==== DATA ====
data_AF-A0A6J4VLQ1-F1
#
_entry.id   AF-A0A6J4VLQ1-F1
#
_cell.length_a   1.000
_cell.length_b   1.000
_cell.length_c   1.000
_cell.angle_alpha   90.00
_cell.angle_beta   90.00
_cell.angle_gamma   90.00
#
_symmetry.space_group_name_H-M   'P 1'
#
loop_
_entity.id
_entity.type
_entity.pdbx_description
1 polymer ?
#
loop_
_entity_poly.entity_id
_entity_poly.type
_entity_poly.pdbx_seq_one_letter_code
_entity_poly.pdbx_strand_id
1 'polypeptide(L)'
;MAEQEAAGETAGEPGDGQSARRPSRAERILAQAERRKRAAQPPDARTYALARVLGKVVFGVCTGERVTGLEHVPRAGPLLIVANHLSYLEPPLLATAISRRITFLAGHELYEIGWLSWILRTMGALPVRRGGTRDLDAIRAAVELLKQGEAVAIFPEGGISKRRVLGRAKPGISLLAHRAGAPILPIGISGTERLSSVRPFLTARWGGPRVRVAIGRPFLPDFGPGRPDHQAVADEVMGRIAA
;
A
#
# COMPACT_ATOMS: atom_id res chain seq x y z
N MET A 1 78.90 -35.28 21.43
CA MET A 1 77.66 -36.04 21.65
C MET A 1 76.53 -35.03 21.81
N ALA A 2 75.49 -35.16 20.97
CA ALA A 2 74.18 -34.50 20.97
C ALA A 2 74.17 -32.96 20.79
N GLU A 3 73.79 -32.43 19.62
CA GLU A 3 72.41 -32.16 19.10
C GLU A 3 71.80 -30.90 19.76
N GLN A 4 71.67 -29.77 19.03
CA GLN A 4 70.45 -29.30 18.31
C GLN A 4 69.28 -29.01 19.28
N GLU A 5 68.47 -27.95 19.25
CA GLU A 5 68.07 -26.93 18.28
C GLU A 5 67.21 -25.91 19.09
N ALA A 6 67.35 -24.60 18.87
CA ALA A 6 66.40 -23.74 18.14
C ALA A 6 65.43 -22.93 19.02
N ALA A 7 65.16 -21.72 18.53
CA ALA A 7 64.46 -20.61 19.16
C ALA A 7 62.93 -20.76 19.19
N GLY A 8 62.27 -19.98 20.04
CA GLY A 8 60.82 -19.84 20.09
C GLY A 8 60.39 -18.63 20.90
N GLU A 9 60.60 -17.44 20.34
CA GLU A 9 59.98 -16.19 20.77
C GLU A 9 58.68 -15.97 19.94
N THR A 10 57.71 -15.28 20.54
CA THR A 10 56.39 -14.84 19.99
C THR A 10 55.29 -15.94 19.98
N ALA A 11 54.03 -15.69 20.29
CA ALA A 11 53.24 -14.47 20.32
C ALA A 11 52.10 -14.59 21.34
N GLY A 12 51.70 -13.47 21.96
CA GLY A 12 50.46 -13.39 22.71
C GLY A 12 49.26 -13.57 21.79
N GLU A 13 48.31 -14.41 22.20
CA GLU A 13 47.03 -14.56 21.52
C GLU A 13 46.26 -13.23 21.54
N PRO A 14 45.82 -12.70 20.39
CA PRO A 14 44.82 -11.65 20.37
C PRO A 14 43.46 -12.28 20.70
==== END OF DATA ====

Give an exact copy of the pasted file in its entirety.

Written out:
data_AF-A0A6J4VLQ1-F1
#
_entry.id   AF-A0A6J4VLQ1-F1
#
_cell.length_a   1.000
_cell.length_b   1.000
_cell.length_c   1.000
_cell.angle_alpha   90.00
_cell.angle_beta   90.00
_cell.angle_gamma   90.00
#
_symmetry.space_group_name_H-M   'P 1'
#
loop_
_entity.id
_entity.type
_entity.pdbx_description
1 polymer ?
#
loop_
_entity_poly.entity_id
_entity_poly.type
_entity_poly.pdbx_seq_one_letter_code
_entity_poly.pdbx_strand_id
1 'polypeptide(L)'
;MAEQEAAGETAGEPGDGQSARRPSRAERILAQAERRKRAAQPPDARTYALARVLGKVVFGVCTGERVTGLEHVPRAGPLLIVANHLSYLEPPLLATAISRRITFLAGHELYEIGWLSWILRTMGALPVRRGGTRDLDAIRAAVELLKQGEAVAIFPEGGISKRRVLGRAKPGISLLAHRAGAPILPIGISGTERLSSVRPFLTARWGGPRVRVAIGRPFLPDFGPGRPDHQAVADEVMGRIAA
;
A
#
# COMPACT_ATOMS: atom_id res chain seq x y z
N MET A 1 78.90 -35.28 21.43
CA MET A 1 77.66 -36.04 21.65
C MET A 1 76.53 -35.03 21.81
N ALA A 2 75.49 -35.16 20.97
CA ALA A 2 74.18 -34.50 20.97
C ALA A 2 74.17 -32.96 20.79
N GLU A 3 73.79 -32.43 19.62
CA GLU A 3 72.41 -32.16 19.10
C GLU A 3 71.80 -30.90 19.76
N GLN A 4 71.67 -29.77 19.03
CA GLN A 4 70.45 -29.30 18.31
C GLN A 4 69.28 -29.01 19.28
N GLU A 5 68.47 -27.95 19.25
CA GLU A 5 68.07 -26.93 18.28
C GLU A 5 67.21 -25.91 19.09
N ALA A 6 67.35 -24.60 18.87
CA ALA A 6 66.40 -23.74 18.14
C ALA A 6 65.43 -22.93 19.02
N ALA A 7 65.16 -21.72 18.53
CA ALA A 7 64.46 -20.61 19.16
C ALA A 7 62.93 -20.76 19.19
N GLY A 8 62.27 -19.98 20.04
CA GLY A 8 60.82 -19.84 20.09
C GLY A 8 60.39 -18.63 20.90
N GLU A 9 60.60 -17.44 20.34
CA GLU A 9 59.98 -16.19 20.77
C GLU A 9 58.68 -15.97 19.94
N THR A 10 57.71 -15.28 20.54
CA THR A 10 56.39 -14.84 19.99
C THR A 10 55.29 -15.94 19.98
N ALA A 11 54.03 -15.69 20.29
CA ALA A 11 53.24 -14.47 20.32
C ALA A 11 52.10 -14.59 21.34
N GLY A 12 51.70 -13.47 21.96
CA GLY A 12 50.46 -13.39 22.71
C GLY A 12 49.26 -13.57 21.79
N GLU A 13 48.31 -14.41 22.20
CA GLU A 13 47.03 -14.56 21.52
C GLU A 13 46.26 -13.23 21.54
N PRO A 14 45.82 -12.70 20.39
CA PRO A 14 44.82 -11.65 20.37
C PRO A 14 43.46 -12.28 20.70